Hands by Marcella Hunyadi

He told me he was Special Forces. I thought it was a lie; sounds so sexy, I’m Special Forces. I imagined legions of girls in soaked underwear.

Me, I didn’t care. My daughter was one year old, I moved to Manhattan to a 5th Avenue apartment believing in a Cinderella story, only to find Lelle’s car seat in front of my door one morning with a “Sorry!” note. The prince paid the $12,000 monthly rent to fulfill the lease and told me to keep the 3 carat Harry Winston engagement ring.

Continue reading

The Quillemender and the Authoress: A Feeble Fable of the Fantasmagorical by Leila Allison  

Ha! Versatur Circa Quid! Has any fable (feeble or otherwise) been told in the first person? Methinks not. For those of you unlucky enough to be unacquainted with my humble works of genius, behold the vainglorious splendor of, I, Judge Jasper P. Montague, contentedly, fruitfully, and most certainly deceased. The unwashed refer to me as a common household poltergeist, but, in fact, I am a Quillemender.

Continue reading

A Diner and The Cello by Tina Klimas

From outside the coffee shop across the road, Julia watches Charlie Miller leave the diner. It starts to snow again and if she narrows her vision to exclude all else, she can almost believe that she is looking at an idyllic scene. Snowflakes drift softly through the golden glow emanating from the diner window. Waitresses move about inside with coffee pots, amid the chattering, happy diners. Charlie Miller, in jeans and cowboy boots, plaid flannel shirt poking out from a nondescript brown jacket, completes this perfect portrait of nostalgic Americana. But then he pauses outside the diner and crosses his arms in a tight knot across his chest.  He stares straight ahead, as if he is viewing hell. The image of blood and clotted brain-matter leaps up before her eyes. She stuffs it back into the box too small to hold it, only to wait for the demented jack-in-the-box to spring again.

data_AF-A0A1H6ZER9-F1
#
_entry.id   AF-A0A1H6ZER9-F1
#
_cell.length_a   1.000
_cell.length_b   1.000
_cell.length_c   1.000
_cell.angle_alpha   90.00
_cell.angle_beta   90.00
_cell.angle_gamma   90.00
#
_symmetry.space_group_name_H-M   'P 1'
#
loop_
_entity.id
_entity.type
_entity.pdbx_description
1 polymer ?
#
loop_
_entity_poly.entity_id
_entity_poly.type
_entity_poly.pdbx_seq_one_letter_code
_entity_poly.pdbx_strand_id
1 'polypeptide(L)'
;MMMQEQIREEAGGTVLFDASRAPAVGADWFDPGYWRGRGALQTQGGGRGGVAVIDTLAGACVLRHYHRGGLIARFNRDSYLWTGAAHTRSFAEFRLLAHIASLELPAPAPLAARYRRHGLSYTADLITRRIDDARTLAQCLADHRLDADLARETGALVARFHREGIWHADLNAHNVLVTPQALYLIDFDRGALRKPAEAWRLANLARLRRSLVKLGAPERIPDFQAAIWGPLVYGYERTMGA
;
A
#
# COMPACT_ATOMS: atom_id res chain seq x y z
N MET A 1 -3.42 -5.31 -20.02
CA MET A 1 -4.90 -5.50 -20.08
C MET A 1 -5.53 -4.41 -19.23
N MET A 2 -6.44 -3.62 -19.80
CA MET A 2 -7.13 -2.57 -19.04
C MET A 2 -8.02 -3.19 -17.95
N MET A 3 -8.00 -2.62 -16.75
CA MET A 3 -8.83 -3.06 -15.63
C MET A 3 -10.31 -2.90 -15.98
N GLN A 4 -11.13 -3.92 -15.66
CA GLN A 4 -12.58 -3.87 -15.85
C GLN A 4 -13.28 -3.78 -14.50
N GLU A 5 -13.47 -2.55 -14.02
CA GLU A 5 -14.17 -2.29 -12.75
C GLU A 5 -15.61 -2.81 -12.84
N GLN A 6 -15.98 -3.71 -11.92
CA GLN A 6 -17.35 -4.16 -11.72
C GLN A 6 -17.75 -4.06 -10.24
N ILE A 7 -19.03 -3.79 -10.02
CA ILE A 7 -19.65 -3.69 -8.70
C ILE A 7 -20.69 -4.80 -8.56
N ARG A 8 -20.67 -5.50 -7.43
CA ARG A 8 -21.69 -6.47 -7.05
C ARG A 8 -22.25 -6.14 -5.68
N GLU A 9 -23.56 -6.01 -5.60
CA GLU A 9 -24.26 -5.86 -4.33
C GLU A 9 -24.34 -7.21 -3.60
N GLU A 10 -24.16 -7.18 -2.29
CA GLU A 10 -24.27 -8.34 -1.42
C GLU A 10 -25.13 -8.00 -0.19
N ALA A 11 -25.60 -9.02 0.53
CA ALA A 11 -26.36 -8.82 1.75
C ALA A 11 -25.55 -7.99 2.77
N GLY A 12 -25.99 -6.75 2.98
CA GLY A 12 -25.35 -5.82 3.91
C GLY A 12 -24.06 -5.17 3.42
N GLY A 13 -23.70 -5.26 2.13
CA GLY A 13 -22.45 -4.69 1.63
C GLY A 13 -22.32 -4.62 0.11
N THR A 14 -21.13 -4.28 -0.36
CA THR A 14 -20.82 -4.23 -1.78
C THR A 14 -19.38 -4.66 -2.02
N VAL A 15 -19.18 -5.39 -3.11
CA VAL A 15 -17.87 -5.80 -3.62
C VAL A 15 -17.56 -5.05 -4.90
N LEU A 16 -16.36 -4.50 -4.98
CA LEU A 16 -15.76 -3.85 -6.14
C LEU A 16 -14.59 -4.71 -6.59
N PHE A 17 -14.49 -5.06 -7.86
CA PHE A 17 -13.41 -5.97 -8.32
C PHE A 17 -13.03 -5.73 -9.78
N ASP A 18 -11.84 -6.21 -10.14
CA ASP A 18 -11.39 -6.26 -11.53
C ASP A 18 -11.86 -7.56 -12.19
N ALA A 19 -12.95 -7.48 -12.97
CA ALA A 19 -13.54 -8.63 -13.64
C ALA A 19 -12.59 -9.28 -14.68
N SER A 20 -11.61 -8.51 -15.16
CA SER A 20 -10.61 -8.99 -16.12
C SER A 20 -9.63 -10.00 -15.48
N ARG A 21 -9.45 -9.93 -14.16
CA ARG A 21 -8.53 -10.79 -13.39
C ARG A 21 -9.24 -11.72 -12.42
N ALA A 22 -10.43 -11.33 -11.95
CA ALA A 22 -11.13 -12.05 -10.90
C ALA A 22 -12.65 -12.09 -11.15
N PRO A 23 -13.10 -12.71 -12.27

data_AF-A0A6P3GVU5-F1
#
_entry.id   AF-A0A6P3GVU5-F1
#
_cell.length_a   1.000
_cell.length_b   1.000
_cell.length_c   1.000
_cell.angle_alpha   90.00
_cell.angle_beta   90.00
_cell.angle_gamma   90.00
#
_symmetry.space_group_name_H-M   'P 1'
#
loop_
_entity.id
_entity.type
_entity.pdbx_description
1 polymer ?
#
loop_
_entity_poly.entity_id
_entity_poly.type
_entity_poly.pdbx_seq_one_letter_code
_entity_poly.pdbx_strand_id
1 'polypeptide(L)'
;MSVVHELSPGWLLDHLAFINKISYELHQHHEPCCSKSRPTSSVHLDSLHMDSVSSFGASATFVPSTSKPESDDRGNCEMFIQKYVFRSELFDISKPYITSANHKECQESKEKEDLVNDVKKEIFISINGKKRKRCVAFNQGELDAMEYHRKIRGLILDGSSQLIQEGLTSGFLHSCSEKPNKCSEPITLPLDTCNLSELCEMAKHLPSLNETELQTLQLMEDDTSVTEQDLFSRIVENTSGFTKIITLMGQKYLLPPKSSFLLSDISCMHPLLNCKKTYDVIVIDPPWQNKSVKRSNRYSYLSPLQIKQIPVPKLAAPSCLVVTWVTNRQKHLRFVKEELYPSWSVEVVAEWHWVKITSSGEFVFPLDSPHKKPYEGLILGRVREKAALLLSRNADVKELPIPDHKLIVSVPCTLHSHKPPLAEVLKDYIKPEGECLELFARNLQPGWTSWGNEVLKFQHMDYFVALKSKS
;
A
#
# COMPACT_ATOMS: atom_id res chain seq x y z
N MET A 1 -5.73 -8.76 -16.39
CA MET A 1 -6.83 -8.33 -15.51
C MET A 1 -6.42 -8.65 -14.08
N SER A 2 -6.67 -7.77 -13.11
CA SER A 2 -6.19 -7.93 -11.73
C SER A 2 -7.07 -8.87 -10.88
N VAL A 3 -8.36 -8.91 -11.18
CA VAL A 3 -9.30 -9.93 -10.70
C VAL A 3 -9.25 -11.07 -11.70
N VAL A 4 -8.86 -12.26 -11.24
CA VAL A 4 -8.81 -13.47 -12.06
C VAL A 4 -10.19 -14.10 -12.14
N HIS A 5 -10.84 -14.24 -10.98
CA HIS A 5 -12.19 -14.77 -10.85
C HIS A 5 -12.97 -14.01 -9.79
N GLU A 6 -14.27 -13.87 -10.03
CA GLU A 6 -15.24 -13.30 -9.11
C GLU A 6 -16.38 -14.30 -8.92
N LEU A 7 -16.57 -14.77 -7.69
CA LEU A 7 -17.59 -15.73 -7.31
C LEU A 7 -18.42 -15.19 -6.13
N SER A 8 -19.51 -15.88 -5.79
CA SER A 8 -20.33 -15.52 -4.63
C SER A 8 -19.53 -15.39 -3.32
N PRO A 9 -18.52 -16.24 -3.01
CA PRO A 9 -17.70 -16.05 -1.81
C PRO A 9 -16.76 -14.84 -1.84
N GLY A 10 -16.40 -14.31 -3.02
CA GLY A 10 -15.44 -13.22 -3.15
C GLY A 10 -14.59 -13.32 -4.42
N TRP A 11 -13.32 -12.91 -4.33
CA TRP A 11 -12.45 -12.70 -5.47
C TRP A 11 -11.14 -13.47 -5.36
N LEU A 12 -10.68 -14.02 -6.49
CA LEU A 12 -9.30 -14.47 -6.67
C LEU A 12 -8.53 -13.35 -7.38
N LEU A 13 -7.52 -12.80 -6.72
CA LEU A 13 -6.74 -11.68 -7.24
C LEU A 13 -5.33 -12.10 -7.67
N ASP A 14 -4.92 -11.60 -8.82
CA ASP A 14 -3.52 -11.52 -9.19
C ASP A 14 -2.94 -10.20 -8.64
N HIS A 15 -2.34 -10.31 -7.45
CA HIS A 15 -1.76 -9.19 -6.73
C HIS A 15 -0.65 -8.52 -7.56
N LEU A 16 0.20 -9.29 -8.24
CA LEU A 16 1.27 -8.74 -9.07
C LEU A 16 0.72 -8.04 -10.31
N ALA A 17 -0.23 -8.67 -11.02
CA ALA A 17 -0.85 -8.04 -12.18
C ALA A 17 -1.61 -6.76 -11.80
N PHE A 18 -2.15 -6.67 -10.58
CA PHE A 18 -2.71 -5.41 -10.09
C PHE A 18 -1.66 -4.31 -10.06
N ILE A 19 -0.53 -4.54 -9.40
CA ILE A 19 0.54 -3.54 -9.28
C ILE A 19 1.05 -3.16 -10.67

Continue reading

City Prairies by Jeffrey Kulik

I remember being ten, eleven years old maybe, and running around in the summers when my old man was drunk off his ass on the couch in the frontroom, and my ma would open the back porch door and tell me to get out of the house for a couple of hours so she could get some peace and quiet.  I would round up some other neighborhood kids—it didn’t really matter which ones, though usually Benzo and Pooce were along for the ride—and just run out as far as we could get from the block without interfering with anyone else’s turf.  At that time, 1960, 1961, there were still a lot of what we used to call prairies around—empty lots.  The lots could fool you if you weren’t careful.  The grass in them was tall, tall enough that from the street it looked like you could just run right across them to the alley behind.  But, really, there was a slope down from the sidewalk and another back up to the alley so the middle of the yard might be four feet or more down.  You could run into one and be up to your armpits in weeds and get yourself a broken ankle to boot.  That was something you learned as a little kid running through the neighborhood.  So, when we’d come across a prairie on one of our runs, we’d be careful, especially if we didn’t know it real good, to go in sideways, one foot at a time, or better yet find a big rock or a stone and throw it in and see how far down it went before we jumped in.  This was also true in cases of snow.  Just something we learned.

Continue reading